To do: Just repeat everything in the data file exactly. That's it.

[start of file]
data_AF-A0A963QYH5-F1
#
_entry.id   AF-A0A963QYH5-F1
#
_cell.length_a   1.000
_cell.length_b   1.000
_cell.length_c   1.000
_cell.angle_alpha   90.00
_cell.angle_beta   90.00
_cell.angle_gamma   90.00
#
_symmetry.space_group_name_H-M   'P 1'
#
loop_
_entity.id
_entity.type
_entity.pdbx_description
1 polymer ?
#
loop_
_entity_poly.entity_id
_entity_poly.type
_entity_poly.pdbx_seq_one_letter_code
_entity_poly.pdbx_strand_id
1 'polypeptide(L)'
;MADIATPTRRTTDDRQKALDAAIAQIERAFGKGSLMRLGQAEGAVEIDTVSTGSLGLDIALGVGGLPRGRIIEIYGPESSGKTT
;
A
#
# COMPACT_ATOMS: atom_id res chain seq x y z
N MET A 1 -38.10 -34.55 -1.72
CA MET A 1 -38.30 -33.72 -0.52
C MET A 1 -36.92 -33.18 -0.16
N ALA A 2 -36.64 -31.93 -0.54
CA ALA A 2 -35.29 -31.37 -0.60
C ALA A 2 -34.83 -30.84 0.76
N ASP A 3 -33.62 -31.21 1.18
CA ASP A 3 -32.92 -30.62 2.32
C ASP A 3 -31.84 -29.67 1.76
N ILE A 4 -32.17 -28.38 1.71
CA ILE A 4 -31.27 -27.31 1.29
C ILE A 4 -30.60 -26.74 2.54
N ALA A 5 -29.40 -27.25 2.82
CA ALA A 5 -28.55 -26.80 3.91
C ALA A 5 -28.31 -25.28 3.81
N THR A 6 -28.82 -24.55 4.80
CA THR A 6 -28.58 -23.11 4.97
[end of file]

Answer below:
data_AF-A0A963QYH5-F1
#
_entry.id   AF-A0A963QYH5-F1
#
_cell.length_a   1.000
_cell.length_b   1.000
_cell.length_c   1.000
_cell.angle_alpha   90.00
_cell.angle_beta   90.00
_cell.angle_gamma   90.00
#
_symmetry.space_group_name_H-M   'P 1'
#
loop_
_entity.id
_entity.type
_entity.pdbx_description
1 polymer ?
#
loop_
_entity_poly.entity_id
_entity_poly.type
_entity_poly.pdbx_seq_one_letter_code
_entity_poly.pdbx_strand_id
1 'polypeptide(L)'
;MADIATPTRRTTDDRQKALDAAIAQIERAFGKGSLMRLGQAEGAVEIDTVSTGSLGLDIALGVGGLPRGRIIEIYGPESSGKTT
;
A
#
# COMPACT_ATOMS: atom_id res chain seq x y z
N MET A 1 -38.10 -34.55 -1.72
CA MET A 1 -38.30 -33.72 -0.52
C MET A 1 -36.92 -33.18 -0.16
N ALA A 2 -36.64 -31.93 -0.54
CA ALA A 2 -35.29 -31.37 -0.60
C ALA A 2 -34.83 -30.84 0.76
N ASP A 3 -33.62 -31.21 1.18
CA ASP A 3 -32.92 -30.62 2.32
C ASP A 3 -31.84 -29.67 1.76
N ILE A 4 -32.17 -28.38 1.71
CA ILE A 4 -31.27 -27.31 1.29
C ILE A 4 -30.60 -26.74 2.54
N ALA A 5 -29.40 -27.25 2.82
CA ALA A 5 -28.55 -26.80 3.91
C ALA A 5 -28.31 -25.28 3.81
N THR A 6 -28.82 -24.55 4.80
CA THR A 6 -28.58 -23.11 4.97